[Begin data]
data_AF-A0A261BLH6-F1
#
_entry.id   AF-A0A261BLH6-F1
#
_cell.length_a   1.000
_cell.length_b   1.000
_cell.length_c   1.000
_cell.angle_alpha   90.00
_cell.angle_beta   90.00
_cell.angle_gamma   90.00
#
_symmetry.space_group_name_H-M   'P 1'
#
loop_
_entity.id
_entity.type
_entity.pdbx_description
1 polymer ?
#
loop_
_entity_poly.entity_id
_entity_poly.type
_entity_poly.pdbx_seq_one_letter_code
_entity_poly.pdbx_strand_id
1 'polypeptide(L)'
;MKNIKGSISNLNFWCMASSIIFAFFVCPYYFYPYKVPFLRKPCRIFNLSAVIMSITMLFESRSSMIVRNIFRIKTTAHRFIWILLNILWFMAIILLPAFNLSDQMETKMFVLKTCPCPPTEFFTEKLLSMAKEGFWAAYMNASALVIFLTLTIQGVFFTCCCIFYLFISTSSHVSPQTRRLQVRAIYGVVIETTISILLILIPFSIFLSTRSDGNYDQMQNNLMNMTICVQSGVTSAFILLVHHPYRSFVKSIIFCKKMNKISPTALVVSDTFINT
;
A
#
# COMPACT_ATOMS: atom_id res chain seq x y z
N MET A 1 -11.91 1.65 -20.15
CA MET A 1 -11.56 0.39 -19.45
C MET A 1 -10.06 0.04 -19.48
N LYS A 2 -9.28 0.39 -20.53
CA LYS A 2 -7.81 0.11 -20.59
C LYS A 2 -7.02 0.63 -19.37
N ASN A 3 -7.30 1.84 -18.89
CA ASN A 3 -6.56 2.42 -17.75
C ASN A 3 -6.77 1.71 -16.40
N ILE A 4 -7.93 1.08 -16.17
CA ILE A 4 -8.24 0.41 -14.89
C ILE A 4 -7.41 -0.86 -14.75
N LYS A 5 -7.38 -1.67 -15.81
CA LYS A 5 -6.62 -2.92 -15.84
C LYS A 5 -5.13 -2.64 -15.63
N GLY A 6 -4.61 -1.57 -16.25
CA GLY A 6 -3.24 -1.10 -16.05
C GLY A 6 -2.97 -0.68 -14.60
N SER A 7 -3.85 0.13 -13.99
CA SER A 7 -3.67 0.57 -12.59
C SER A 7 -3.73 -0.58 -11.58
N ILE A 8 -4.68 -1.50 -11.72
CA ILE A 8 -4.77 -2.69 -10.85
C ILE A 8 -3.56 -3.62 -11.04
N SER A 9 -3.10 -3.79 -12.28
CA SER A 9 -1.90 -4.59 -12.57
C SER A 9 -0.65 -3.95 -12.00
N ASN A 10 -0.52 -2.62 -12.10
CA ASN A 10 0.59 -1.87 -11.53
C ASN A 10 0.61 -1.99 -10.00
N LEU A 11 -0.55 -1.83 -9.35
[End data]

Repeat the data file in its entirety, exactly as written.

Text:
data_AF-A0A261BLH6-F1
#
_entry.id   AF-A0A261BLH6-F1
#
_cell.length_a   1.000
_cell.length_b   1.000
_cell.length_c   1.000
_cell.angle_alpha   90.00
_cell.angle_beta   90.00
_cell.angle_gamma   90.00
#
_symmetry.space_group_name_H-M   'P 1'
#
loop_
_entity.id
_entity.type
_entity.pdbx_description
1 polymer ?
#
loop_
_entity_poly.entity_id
_entity_poly.type
_entity_poly.pdbx_seq_one_letter_code
_entity_poly.pdbx_strand_id
1 'polypeptide(L)'
;MKNIKGSISNLNFWCMASSIIFAFFVCPYYFYPYKVPFLRKPCRIFNLSAVIMSITMLFESRSSMIVRNIFRIKTTAHRFIWILLNILWFMAIILLPAFNLSDQMETKMFVLKTCPCPPTEFFTEKLLSMAKEGFWAAYMNASALVIFLTLTIQGVFFTCCCIFYLFISTSSHVSPQTRRLQVRAIYGVVIETTISILLILIPFSIFLSTRSDGNYDQMQNNLMNMTICVQSGVTSAFILLVHHPYRSFVKSIIFCKKMNKISPTALVVSDTFINT
;
A
#
# COMPACT_ATOMS: atom_id res chain seq x y z
N MET A 1 -11.91 1.65 -20.15
CA MET A 1 -11.56 0.39 -19.45
C MET A 1 -10.06 0.04 -19.48
N LYS A 2 -9.28 0.39 -20.53
CA LYS A 2 -7.81 0.11 -20.59
C LYS A 2 -7.02 0.63 -19.37
N ASN A 3 -7.30 1.84 -18.89
CA ASN A 3 -6.56 2.42 -17.75
C ASN A 3 -6.77 1.71 -16.40
N ILE A 4 -7.93 1.08 -16.17
CA ILE A 4 -8.24 0.41 -14.89
C ILE A 4 -7.41 -0.86 -14.75
N LYS A 5 -7.38 -1.67 -15.81
CA LYS A 5 -6.62 -2.92 -15.84
C LYS A 5 -5.13 -2.64 -15.63
N GLY A 6 -4.61 -1.57 -16.25
CA GLY A 6 -3.24 -1.10 -16.05
C GLY A 6 -2.97 -0.68 -14.60
N SER A 7 -3.85 0.13 -13.99
CA SER A 7 -3.67 0.57 -12.59
C SER A 7 -3.73 -0.58 -11.58
N ILE A 8 -4.68 -1.50 -11.72
CA ILE A 8 -4.77 -2.69 -10.85
C ILE A 8 -3.56 -3.62 -11.04
N SER A 9 -3.10 -3.79 -12.28
CA SER A 9 -1.90 -4.59 -12.57
C SER A 9 -0.65 -3.95 -12.00
N ASN A 10 -0.52 -2.62 -12.10
CA ASN A 10 0.59 -1.87 -11.53
C ASN A 10 0.61 -1.99 -10.00
N LEU A 11 -0.55 -1.83 -9.35